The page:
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Gold Price Drivers: The Fed, Trade War Fears, the US Dollar


Mar. 26 2018, Updated 5:07 p.m. ET

Market uncertainty and gold

Uncertainty or volatility in the markets is increasing. The markets are adjusting for the high volatility phase after a prolonged period of low volatility across markets. The most recent issue fueling volatility is the fear of a trade war. The Trump administration announced tariffs on $60 billion of imports from China. China is planning $3 billion in retaliatory tariffs. The United States’ other trade partners might also mull over retaliatory tariffs. This kind of trade scenario doesn’t bode well for either the economic outlook or the US dollar.

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In this risk-off environment, investors are shunning risk assets such as equities and turning to safe-haven assets such as gold and the Japanese yen. After Trump slapped China with more tariffs on March 22, the Dow Jones plunged 2.9% while the S&P 500 (SPX)(SPY) dropped 2.5%. Gold, on the other hand, gained 1.5%.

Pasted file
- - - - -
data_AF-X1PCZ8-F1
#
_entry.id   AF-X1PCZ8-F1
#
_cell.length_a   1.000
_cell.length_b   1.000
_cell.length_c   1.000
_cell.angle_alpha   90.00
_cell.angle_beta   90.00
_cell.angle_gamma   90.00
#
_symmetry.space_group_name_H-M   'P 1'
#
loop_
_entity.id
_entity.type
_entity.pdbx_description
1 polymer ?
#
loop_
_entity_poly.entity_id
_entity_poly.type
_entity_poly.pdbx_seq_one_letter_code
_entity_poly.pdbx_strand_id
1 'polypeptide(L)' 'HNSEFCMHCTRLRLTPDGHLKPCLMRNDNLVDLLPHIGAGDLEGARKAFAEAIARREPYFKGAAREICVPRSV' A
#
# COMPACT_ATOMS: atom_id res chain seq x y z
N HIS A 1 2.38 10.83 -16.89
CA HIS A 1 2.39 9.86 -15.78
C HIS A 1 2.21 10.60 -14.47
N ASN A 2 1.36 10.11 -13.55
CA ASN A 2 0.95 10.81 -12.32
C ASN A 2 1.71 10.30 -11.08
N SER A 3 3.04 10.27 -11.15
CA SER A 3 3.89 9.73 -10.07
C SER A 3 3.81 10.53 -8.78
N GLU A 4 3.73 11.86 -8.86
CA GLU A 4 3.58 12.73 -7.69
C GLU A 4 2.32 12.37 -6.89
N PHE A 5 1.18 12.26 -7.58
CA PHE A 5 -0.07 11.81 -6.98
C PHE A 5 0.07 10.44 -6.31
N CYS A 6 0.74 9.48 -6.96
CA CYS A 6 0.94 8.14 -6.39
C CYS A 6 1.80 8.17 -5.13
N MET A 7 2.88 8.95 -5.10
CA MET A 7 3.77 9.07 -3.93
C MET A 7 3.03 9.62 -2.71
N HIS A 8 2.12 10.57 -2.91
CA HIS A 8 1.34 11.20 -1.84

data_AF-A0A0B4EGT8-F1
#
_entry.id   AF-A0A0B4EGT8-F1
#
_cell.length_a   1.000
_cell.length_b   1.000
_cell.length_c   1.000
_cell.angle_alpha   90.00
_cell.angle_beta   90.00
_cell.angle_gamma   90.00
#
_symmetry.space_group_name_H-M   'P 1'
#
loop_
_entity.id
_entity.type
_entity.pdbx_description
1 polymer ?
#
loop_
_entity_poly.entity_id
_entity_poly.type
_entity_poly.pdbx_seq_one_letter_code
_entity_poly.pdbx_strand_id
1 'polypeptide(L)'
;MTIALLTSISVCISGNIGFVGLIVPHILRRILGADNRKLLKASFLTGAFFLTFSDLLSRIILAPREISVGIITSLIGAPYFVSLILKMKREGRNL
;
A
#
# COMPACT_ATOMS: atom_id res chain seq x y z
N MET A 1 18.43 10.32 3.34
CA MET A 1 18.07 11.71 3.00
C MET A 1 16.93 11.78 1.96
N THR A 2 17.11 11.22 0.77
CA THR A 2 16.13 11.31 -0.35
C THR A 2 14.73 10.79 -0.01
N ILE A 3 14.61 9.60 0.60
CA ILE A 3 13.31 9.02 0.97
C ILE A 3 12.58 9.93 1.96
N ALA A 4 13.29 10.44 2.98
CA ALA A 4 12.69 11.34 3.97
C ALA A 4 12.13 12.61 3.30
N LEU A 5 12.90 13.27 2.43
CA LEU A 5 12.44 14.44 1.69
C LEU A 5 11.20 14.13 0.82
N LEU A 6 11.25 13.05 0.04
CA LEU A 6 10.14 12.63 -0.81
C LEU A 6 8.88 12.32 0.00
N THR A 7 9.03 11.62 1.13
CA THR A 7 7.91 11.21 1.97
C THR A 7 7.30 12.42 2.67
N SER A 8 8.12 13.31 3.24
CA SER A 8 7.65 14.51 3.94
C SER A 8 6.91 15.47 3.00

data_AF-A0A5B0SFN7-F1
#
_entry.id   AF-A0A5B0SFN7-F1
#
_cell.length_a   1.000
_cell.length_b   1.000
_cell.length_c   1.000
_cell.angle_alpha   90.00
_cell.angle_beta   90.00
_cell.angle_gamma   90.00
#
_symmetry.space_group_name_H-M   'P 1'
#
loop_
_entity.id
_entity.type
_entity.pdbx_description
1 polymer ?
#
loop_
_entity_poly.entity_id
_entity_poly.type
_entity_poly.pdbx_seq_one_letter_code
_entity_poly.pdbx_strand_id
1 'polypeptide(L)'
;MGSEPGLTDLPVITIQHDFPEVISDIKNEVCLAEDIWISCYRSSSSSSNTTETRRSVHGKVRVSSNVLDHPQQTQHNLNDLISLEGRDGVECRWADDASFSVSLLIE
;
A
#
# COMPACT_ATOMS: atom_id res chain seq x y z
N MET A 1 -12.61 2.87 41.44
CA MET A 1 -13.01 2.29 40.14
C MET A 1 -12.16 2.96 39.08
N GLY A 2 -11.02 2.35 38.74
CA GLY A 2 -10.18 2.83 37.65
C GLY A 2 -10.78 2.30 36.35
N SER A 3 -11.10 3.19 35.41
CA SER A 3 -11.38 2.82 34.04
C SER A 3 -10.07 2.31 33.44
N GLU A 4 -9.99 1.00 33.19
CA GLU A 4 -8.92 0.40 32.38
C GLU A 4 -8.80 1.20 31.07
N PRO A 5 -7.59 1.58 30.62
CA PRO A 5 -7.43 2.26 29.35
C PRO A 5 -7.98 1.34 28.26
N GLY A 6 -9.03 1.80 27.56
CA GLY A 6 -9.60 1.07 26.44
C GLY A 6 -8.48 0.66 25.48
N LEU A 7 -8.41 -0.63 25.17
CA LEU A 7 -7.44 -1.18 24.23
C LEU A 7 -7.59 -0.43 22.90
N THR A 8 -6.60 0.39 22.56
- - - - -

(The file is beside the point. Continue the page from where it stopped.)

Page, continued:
The Fed’s decision and gold

Previously, the Fed decided to increase interest rates by 0.25%, which was already priced into gold prices. Its guidance of two more rate hikes this year is also in line with its previous outlook. After January’s inflation data, some market participants started expecting the Fed to raise the forecast to three more hikes this year. As a result, the market considered the Fed’s decision to be less hawkish than expected. The US dollar weakened further, and gold prices gained as a result.

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Gold and miners

Year-to-date (or YTD) as of March 22, gold prices have risen 2.0%. Among the precious metal stocks, only Harmony Gold (HMY), Coeur Mining (CDE), Goldcorp (GG), and Newmont Mining (NEM) have recorded positive returns. These stocks rose 25.1%, 4.7%, 3.9%, and 0.2%, respectively.

Gold’s outlook for 2018

The price outlook for precious metals is expected to depend on a host of factors, some of which are currently in gold’s favor while others aren’t.

In this series, we’ll look at these factors—including inflation, the US dollar, interest rates, trade war fears, and the equity market’s outlook—to assess gold’s outlook for the rest of the year.


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